Get Rid!

Make an effort to exhaust the subject, even if
 that seems grotesque, or pointless, or stupid. You still haven’t looked at anything, you’ve merely picked out what you’ve long ago picked out.

Georges Perec Species of Spaces (1974)

Paul Whitty’s Get Rid! investigates the sounding cultures of grassroots football in the North Berks and Oxford Senior Leagues and the  Ligue de Football Nouvelle-Aquitaine.

To listen to the sound of grassroots football matches on parish recreation grounds, playing fields and village greens is to listen to the fleeting traces of a rich sounding culture. The iterative ritual of marking out the pitch, cutting the grass, fixing nets to goalposts with cable ties and driving corner flags into the earth. Then the distinctive practices of on-pitch communication; the whistle; the sound of football boot on ball, of the ball as it lands; the struck crack of the crossbar; studs compressing the soil, brushing the grass, slicing through the turf. Grassroots football is a game of noise, silence, presence, absence, activity, inactivity. The sounding comes in waves — building, receding. Pitches stand empty for
days then startle into exuberant sound-making action. Football
 is present. Football is happening. A substitution is made; the ball takes a wild deflection from a corner — disappears into a garden
— and is followed by a player who climbs over a fence and into undergrowth to retrieve it; a free-kick is given and the game stalls; the goalkeeper argues with his left-back about how many players should be in the wall; the central defender argues with the ref
about the infringement; the assistant referee checks his phone for messages. There’s an injury and the players stand around in small groups talking or lost in their own thoughts. Then the game crackles into life with a high tackle; a controversial decision; a header that slaps against the post; a counter-attack; a coach barely able to prevent himself from running onto the pitch and who, instead, ends up kicking the dugout. The final whistle. The everyday sounds of
the parish recreation ground, playing field and village green return. Football is absent. Football isn’t happening.

You can read more about the project on the Sound Diaries website here and on the Oxford brookes University research repository RADAR.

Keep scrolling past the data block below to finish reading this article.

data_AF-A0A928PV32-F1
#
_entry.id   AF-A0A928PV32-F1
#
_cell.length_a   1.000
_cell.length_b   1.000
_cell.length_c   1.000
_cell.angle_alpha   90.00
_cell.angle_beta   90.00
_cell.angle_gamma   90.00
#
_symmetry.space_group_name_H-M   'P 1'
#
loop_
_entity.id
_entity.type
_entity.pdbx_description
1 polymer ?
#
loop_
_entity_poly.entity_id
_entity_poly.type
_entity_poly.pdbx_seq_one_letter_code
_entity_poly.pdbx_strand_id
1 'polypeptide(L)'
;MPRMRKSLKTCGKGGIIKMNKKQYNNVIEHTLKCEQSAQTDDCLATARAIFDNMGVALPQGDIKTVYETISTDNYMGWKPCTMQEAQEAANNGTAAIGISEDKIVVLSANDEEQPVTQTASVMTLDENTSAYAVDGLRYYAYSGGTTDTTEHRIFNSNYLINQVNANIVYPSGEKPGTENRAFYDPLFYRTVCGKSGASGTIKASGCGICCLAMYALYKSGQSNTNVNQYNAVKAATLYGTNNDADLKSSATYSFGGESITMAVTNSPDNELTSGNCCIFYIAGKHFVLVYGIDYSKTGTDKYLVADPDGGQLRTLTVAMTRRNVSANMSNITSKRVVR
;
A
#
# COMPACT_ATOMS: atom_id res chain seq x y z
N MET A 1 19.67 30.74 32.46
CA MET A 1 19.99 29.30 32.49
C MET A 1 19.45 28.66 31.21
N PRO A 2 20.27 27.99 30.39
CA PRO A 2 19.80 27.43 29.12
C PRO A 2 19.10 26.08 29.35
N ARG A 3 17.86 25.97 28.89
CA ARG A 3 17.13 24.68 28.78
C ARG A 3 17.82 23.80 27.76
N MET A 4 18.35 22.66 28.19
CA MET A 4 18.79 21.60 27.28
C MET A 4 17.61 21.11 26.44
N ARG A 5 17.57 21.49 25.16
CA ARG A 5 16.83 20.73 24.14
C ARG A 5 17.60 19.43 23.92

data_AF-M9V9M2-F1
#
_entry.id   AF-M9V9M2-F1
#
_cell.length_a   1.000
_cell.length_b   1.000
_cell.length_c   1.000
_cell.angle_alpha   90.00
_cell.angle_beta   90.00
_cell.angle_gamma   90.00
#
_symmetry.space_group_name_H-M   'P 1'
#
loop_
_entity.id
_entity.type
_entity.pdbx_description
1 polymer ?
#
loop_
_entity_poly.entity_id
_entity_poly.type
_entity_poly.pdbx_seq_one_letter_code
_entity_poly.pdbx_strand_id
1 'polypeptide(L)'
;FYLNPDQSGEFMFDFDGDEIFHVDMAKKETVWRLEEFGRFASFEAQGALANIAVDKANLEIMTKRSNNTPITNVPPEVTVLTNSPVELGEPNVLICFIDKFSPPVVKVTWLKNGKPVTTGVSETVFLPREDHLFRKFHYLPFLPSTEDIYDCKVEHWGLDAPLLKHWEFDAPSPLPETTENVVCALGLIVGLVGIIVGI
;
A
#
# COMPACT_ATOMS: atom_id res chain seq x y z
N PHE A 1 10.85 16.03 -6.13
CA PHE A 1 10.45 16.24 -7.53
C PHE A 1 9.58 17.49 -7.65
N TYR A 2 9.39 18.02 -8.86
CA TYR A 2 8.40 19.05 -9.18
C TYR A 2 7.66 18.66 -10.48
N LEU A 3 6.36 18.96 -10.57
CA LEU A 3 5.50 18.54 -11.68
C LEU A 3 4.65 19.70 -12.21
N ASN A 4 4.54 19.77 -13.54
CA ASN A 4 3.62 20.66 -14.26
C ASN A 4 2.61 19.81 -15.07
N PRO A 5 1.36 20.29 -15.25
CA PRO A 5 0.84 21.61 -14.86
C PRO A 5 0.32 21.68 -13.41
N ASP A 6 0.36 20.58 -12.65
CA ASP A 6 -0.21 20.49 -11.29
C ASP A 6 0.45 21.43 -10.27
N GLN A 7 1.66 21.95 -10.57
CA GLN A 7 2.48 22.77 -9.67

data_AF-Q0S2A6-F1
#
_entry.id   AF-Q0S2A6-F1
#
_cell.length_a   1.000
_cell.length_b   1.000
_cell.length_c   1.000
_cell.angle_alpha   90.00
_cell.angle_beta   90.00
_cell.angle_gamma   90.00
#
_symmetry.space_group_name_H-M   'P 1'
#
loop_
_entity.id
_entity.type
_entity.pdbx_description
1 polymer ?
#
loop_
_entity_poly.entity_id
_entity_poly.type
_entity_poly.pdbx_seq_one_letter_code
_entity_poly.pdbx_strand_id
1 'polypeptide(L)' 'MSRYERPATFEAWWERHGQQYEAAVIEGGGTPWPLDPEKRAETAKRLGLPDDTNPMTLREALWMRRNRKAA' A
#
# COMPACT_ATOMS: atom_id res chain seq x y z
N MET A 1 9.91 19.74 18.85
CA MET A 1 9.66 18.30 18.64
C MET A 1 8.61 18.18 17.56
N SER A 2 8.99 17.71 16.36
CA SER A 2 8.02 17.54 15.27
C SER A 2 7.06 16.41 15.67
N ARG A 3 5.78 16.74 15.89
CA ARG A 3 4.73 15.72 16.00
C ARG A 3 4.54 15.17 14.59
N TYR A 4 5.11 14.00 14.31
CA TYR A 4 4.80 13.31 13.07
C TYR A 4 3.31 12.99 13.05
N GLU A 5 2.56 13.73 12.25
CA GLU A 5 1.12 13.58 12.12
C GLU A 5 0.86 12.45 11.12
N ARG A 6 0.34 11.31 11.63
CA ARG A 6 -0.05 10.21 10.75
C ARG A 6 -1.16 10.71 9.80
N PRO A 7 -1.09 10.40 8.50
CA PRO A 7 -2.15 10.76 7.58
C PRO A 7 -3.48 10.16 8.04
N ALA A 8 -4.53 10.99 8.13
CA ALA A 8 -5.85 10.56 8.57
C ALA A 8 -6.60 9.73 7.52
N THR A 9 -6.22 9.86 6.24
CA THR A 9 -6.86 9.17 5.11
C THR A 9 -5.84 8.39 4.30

5 thoughts on “Get Rid!

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  1. Nostalgic thoughts of thirty years of playing local football in Oxfordshire… many heavy defeats, two broken legs, occasional glory… one hat trick

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  2. It would be great to talk to you about some of those experiences! I’m particularly interested in on-pitch communication and whether that has changed significantly in recent times? One thing I have found in my research is that there is far less regional variation than I was expecting…

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    1. I’d be happy to have a chat. It’s twenty years since I played, and what struck me most about listening to the recordings in the Glass Tank was how little has changed, made me chuckle a couple of times. Been trying to think of any particular ‘local’ idioms but I’m struggling to do it. The ambient ‘no football’ noises are interesting too because sometimes they do cut in to the games… dogs and traffic mainly I guess, but there was a large rookery alongside the ground in Wootton, the village I played for most, and impossible to avoid the noise of a VC10 taking off at Brize Norton.

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      1. Sometimes when you are approaching a game and are still a good distance away it’s hard to tell the difference between the calls of rooks and the calls of the players particularly when the players are shouting warnings ‘man on’ etc! Would be great to talk – i’ll drop you a line on email…

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